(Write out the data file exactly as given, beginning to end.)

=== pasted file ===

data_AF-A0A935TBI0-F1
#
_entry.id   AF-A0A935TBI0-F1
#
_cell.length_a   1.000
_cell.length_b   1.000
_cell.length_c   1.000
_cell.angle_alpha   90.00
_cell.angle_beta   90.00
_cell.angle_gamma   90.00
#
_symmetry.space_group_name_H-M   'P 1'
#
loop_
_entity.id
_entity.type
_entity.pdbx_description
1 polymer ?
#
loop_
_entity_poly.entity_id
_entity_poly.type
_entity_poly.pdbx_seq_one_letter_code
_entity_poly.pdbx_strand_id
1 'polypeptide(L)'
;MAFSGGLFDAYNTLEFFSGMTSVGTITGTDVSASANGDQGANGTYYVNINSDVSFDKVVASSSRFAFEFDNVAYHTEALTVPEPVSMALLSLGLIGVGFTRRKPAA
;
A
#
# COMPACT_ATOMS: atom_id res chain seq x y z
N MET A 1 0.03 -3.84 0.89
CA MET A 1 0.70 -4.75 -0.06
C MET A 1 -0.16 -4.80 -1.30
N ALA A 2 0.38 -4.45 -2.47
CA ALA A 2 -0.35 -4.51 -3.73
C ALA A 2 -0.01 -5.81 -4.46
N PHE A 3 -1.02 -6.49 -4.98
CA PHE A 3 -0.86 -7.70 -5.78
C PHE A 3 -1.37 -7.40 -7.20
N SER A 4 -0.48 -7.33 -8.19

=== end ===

data_AF-A0A935TBI0-F1
#
_entry.id   AF-A0A935TBI0-F1
#
_cell.length_a   1.000
_cell.length_b   1.000
_cell.length_c   1.000
_cell.angle_alpha   90.00
_cell.angle_beta   90.00
_cell.angle_gamma   90.00
#
_symmetry.space_group_name_H-M   'P 1'
#
loop_
_entity.id
_entity.type
_entity.pdbx_description
1 polymer ?
#
loop_
_entity_poly.entity_id
_entity_poly.type
_entity_poly.pdbx_seq_one_letter_code
_entity_poly.pdbx_strand_id
1 'polypeptide(L)'
;MAFSGGLFDAYNTLEFFSGMTSVGTITGTDVSASANGDQGANGTYYVNINSDVSFDKVVASSSRFAFEFDNVAYHTEALTVPEPVSMALLSLGLIGVGFTRRKPAA
;
A
#
# COMPACT_ATOMS: atom_id res chain seq x y z
N MET A 1 0.03 -3.84 0.89
CA MET A 1 0.70 -4.75 -0.06
C MET A 1 -0.16 -4.80 -1.30
N ALA A 2 0.38 -4.45 -2.47
CA ALA A 2 -0.35 -4.51 -3.73
C ALA A 2 -0.01 -5.81 -4.46
N PHE A 3 -1.02 -6.49 -4.98
CA PHE A 3 -0.86 -7.70 -5.78
C PHE A 3 -1.37 -7.40 -7.20
N SER A 4 -0.48 -7.33 -8.19